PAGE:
Monotheism, Polytheism, Monolatry, or Henotheism? -- By: Michael S. Heiser
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Monotheism, Polytheism, Monolatry, or Henotheism?
Toward an Assessment of Divine Plurality
in the Hebrew Bible
Academic Editor, Logos Bible Software
Israel’s view of God and his relationship to other divine beings in the Hebrew Bible has long been the subject of scholarly debate. The dominant critical consensus since the late nineteenth century holds that Israel’s faith evolved from polytheism or henotheism to monotheism. Passages in the Hebrew Bible that assume the existence of other gods are compared to other passages that put forth the declaration that “there are no other gods besides” the God of Israel as proof of this view. Other scholars who reject this evolutionary paradigm tend to assume passages evincing divine plurality actually speak of human beings, or that the other gods are merely idols. This view insists that “monotheism” must mean that the existence of other gods is denied. Both views are problematic and fall short of doing justice to the full description of Israel’s view of God and the heavenly host in the Hebrew Bible. This article overviews the difficulties of each view and offers a coherent alternative.
Key Words: monotheism, polytheism, henotheism, monolatry, divine council, God, gods, angels, host of heaven, idols, Israelite religion, Psalm 82, Deuteronomy 32
Most scholars whose work focuses on Israelite religion recognize that the Hebrew Bible contains a number of references assuming and even affirming the existence of other gods. As a corollary to this observation, scholars also frequently assert that no explicit denial of the existence of other gods occurs until the time of Deutero-Isaiah and thereafter (6th century b.c.e.) in a presumed campaign by zealous scribes to expunge such references from the sacred text. Even the Shema and the first commandment do not consign the other gods to fantasy, since the demand is made that no other gods should be worshipped. The data apparently in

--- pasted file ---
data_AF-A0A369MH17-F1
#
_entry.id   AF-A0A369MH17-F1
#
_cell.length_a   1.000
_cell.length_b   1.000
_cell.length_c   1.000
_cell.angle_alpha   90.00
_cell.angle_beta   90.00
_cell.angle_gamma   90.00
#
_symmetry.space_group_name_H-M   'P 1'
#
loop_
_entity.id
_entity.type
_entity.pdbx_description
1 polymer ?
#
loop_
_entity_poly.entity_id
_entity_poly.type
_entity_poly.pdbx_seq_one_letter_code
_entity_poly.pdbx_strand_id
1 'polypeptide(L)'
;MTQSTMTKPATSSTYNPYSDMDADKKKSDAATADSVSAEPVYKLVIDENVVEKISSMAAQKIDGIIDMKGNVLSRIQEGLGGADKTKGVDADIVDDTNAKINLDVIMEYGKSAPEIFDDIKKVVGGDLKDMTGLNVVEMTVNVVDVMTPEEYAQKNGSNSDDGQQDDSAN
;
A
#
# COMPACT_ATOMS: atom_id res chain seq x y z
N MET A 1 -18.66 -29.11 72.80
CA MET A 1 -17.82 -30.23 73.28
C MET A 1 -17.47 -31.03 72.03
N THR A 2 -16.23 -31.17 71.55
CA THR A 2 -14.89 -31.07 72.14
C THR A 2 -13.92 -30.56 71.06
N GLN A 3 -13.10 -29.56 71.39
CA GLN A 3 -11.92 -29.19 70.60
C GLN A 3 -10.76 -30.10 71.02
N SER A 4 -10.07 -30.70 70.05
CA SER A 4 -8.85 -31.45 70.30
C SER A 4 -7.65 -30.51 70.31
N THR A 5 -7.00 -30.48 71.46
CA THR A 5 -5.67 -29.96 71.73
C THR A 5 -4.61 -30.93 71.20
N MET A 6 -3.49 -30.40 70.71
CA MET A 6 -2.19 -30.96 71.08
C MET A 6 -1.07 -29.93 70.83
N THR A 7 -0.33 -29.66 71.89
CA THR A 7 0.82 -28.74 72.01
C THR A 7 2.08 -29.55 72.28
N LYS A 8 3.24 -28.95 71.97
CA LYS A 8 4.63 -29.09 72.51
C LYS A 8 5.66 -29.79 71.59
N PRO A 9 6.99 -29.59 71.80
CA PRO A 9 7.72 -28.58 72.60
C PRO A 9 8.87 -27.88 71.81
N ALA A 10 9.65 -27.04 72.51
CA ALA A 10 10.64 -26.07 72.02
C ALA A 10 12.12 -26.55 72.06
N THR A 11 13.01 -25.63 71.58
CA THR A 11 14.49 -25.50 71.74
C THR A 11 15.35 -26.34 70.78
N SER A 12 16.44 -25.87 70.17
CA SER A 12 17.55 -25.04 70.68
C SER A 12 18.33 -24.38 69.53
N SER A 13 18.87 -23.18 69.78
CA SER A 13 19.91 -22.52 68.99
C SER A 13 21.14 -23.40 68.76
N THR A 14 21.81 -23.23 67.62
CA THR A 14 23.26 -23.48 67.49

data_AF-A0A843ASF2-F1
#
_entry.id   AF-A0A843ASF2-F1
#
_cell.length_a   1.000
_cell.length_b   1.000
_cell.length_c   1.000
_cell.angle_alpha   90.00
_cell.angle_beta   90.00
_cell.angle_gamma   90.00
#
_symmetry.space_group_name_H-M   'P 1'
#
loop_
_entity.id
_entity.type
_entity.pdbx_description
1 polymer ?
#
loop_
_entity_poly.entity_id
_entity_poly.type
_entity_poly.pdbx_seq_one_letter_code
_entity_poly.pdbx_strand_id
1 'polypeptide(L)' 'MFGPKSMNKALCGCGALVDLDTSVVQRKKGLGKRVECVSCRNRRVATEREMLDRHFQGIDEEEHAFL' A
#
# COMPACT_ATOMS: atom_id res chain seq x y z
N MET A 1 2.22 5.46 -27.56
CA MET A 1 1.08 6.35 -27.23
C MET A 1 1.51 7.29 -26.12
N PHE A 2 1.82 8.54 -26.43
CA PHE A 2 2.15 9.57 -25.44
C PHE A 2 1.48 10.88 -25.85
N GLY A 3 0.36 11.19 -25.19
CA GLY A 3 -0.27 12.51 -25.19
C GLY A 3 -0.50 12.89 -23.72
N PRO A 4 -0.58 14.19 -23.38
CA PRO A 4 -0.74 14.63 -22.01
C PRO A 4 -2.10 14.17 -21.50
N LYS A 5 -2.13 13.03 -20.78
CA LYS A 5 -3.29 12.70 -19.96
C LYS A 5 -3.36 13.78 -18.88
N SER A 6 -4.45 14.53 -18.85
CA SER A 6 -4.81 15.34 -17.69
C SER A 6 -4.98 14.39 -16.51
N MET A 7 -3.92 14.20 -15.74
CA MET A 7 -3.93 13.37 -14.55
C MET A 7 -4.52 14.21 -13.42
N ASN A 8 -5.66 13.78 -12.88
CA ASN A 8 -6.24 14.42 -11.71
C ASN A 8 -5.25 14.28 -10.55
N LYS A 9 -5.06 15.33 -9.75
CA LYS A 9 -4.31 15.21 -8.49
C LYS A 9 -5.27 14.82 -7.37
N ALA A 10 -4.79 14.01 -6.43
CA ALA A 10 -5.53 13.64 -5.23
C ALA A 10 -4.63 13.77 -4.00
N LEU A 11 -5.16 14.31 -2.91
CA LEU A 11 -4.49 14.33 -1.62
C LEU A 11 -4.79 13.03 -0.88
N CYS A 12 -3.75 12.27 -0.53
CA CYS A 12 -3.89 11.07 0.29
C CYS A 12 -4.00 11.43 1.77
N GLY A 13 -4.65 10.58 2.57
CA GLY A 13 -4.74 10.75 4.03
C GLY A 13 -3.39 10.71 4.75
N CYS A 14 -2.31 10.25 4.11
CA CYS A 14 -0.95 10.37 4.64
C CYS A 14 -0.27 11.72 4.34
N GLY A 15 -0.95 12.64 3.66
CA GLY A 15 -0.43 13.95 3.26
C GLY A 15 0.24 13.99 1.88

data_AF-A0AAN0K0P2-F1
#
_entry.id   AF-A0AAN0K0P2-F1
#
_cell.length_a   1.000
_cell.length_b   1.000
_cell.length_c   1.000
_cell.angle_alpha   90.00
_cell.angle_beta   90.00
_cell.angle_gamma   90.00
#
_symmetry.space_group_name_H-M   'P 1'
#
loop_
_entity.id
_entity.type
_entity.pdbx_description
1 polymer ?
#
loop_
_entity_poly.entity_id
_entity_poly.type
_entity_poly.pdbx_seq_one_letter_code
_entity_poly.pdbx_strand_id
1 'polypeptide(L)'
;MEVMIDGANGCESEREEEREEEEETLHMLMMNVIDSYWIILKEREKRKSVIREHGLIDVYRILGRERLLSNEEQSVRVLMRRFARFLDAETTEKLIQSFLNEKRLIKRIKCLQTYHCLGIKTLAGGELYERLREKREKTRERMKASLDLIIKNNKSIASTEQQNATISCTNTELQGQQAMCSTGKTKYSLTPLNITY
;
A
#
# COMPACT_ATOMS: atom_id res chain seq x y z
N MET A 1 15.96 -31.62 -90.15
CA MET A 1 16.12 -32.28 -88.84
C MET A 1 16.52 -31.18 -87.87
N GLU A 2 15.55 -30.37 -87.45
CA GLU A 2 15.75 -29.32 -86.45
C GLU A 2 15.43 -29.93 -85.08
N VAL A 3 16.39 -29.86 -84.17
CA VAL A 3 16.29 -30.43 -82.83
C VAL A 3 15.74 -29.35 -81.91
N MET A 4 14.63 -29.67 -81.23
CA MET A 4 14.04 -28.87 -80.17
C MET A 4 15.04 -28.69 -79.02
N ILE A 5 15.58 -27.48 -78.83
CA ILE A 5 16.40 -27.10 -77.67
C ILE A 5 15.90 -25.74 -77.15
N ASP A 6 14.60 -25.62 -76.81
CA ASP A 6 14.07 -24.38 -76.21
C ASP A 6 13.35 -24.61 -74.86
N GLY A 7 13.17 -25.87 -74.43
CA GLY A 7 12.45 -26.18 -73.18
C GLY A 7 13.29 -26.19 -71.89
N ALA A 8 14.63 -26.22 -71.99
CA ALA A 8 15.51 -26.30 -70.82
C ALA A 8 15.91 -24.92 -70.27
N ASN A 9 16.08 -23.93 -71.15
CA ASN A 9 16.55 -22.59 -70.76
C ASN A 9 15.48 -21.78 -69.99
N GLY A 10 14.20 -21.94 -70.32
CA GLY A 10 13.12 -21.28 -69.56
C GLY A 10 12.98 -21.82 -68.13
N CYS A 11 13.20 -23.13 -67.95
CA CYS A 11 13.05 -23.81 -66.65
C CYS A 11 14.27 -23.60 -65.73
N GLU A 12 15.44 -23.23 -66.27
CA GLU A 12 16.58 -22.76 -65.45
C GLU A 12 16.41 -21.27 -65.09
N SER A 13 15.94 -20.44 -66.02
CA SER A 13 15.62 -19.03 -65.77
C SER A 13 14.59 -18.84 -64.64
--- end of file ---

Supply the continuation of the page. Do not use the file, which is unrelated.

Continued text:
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forms us that Israelite religion evolved from polytheism to henotheistic monolatry to monotheism.
While this viewpoint dominates scholarly discussion of Israelite religion, the question ought to be asked whether it is lucid. Does the viewpoint derive from the known data from earliest times into the Common Era, or is the reasoning offered in its support circular? Are terms like “polytheism” and “henotheism” truly adequate to describe what the writers of the biblical canon believed?
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